A new terminal, designed by Fentress Architects, is coinciding with a new rail service to Miami. What can Orlando show other cities about multimodal integration and high-touch terminal design?
June 28, 2017
Larger than John F. Kennedy International Airport, Los Angeles International Airport, and Miami International Airport combined, the Orlando International Airport (MCO) is the country’s fourth largest, by acreage. But for all its land wealth, it struggles to move people efficiently. The current terminals can process between 40 and 45 million passengers each year—currently just under 43 million travelers fly into and out of MCO each year—and that limits what the facility can provide in terms of services. On some days, more travelers move through the current terminals than they are designed to accommodate, which leads to exceedingly long wait times and limits what the facilities can provide in terms of service.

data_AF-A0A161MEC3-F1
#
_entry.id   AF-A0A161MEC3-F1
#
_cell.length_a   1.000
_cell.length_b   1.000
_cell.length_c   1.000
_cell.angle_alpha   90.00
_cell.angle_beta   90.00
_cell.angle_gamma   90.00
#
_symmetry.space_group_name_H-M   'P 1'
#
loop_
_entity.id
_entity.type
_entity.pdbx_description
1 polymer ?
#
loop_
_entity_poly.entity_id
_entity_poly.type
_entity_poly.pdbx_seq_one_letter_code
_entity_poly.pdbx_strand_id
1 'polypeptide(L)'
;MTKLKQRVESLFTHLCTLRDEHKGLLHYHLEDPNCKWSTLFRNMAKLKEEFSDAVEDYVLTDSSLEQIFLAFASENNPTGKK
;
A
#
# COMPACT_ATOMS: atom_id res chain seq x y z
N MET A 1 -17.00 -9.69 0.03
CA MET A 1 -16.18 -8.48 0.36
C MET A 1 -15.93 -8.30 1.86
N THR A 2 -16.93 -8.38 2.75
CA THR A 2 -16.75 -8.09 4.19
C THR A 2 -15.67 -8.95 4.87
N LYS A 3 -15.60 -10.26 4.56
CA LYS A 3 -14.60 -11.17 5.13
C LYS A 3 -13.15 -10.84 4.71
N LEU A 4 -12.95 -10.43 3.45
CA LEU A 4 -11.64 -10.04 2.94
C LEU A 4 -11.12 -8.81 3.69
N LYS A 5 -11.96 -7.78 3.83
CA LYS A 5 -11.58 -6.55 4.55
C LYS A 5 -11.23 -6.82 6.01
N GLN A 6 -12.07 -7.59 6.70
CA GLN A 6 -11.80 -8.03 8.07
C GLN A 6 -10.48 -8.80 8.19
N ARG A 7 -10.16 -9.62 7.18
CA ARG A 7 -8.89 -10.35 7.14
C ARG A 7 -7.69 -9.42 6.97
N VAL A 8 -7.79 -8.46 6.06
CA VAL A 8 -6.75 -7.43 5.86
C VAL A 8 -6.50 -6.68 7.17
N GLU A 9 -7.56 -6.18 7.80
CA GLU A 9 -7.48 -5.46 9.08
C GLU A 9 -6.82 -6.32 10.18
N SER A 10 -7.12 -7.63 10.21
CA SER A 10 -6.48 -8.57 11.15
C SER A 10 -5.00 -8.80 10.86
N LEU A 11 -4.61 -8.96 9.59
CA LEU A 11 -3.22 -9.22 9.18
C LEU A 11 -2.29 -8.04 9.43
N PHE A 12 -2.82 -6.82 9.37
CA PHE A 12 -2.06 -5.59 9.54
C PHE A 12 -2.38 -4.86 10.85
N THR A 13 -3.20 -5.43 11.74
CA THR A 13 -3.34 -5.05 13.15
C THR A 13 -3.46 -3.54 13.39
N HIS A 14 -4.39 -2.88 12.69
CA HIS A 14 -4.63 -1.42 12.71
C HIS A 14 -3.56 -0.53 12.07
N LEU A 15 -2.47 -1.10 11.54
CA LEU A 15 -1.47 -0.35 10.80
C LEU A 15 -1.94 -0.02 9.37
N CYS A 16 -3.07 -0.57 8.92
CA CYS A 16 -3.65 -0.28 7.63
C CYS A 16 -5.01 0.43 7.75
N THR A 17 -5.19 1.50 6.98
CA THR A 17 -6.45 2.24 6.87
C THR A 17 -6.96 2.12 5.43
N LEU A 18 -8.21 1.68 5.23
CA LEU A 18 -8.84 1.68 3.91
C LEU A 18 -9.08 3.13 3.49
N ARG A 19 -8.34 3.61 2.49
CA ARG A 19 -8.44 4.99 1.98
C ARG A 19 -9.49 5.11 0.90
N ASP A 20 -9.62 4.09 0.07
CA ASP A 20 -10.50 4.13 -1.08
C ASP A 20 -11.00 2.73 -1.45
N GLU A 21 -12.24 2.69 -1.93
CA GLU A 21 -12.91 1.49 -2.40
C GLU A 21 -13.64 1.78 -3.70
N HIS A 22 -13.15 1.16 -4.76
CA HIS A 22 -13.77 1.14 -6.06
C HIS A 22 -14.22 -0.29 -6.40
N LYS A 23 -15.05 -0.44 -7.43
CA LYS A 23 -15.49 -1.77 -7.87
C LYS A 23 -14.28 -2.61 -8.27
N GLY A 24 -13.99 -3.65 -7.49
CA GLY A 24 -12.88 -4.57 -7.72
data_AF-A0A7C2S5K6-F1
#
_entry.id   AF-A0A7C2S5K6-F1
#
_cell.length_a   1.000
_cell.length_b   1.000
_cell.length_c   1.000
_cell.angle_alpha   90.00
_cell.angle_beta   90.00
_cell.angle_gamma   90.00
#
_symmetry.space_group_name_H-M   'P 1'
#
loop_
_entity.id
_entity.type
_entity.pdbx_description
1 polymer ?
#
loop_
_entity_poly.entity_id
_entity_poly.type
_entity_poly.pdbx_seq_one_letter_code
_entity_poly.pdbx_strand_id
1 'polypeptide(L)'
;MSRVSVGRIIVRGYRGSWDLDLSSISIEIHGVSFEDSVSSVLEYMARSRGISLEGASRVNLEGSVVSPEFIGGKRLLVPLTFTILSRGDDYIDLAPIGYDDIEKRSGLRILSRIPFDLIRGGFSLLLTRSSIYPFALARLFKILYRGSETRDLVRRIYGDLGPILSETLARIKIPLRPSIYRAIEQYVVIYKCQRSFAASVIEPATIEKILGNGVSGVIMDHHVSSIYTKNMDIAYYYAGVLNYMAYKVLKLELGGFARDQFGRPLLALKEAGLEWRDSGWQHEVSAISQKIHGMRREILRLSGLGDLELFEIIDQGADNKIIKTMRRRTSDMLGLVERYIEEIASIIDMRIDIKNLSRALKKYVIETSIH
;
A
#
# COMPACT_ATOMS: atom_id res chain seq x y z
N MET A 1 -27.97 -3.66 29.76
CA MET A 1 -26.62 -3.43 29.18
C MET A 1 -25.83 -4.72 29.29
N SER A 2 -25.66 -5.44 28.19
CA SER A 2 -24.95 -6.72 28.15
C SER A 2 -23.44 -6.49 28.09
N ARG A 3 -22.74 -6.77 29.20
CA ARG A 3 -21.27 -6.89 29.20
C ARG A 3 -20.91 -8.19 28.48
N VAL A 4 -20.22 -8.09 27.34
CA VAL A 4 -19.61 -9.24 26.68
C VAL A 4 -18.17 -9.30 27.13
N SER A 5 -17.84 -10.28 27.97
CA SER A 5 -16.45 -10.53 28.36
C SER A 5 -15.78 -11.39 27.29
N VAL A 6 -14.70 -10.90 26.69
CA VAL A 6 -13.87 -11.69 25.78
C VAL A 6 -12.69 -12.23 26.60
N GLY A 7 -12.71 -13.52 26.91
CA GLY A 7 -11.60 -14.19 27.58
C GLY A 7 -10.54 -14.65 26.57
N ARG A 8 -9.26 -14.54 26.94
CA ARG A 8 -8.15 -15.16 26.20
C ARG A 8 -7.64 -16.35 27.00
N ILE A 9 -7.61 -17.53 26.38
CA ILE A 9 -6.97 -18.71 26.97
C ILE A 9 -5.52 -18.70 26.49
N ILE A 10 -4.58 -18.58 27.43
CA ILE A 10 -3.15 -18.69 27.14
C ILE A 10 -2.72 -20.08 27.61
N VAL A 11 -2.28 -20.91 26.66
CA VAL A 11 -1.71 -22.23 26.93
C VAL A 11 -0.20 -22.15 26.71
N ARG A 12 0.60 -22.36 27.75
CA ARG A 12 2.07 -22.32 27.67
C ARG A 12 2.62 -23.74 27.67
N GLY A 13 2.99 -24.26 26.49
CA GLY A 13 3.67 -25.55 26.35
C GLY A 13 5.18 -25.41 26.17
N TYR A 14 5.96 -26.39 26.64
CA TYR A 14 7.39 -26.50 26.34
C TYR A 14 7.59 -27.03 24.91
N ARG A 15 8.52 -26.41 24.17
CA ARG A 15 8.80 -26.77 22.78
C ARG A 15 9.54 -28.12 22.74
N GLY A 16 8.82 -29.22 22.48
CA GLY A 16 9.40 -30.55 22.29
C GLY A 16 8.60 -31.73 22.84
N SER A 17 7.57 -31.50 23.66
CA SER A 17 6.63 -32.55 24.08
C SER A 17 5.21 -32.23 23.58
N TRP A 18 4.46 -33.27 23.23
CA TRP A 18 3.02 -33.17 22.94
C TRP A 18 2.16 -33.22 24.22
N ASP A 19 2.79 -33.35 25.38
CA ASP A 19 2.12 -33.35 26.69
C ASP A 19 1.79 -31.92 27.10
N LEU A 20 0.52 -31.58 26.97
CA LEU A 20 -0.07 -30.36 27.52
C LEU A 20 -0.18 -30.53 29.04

Soon, however, the airport will break ground on South Terminal C, a $2.2 billion development set to open in 2020 and grow the airport’s capacity to 55 million annual passengers. While the design by Fentress Architects integrates many future-focused elements, one of its touch points is something of a transportation relic: a passenger rail station. Brightline, a privately funded rail service, will soon begin its first leg between Miami and West Palm Beach. Eventually, it will extend north to Orlando and the airport.
As cities grow and traffic snarls roads, cities are focusing on building multimodal linkages to make car-free trips more tenable, including to and from airports. Orlando might not be the typical city that jumps to mind when you think of a hub for transportation innovation. MCO does, in fact, have the country’s largest airport rental car fleet. Driving the 235 miles south to Miami, however, can take 5 hours in traffic compared to the 3-hour rail ride promised by Brightline. If successful, the rail integration might be a harbinger for greater intercity transit system integration across the country.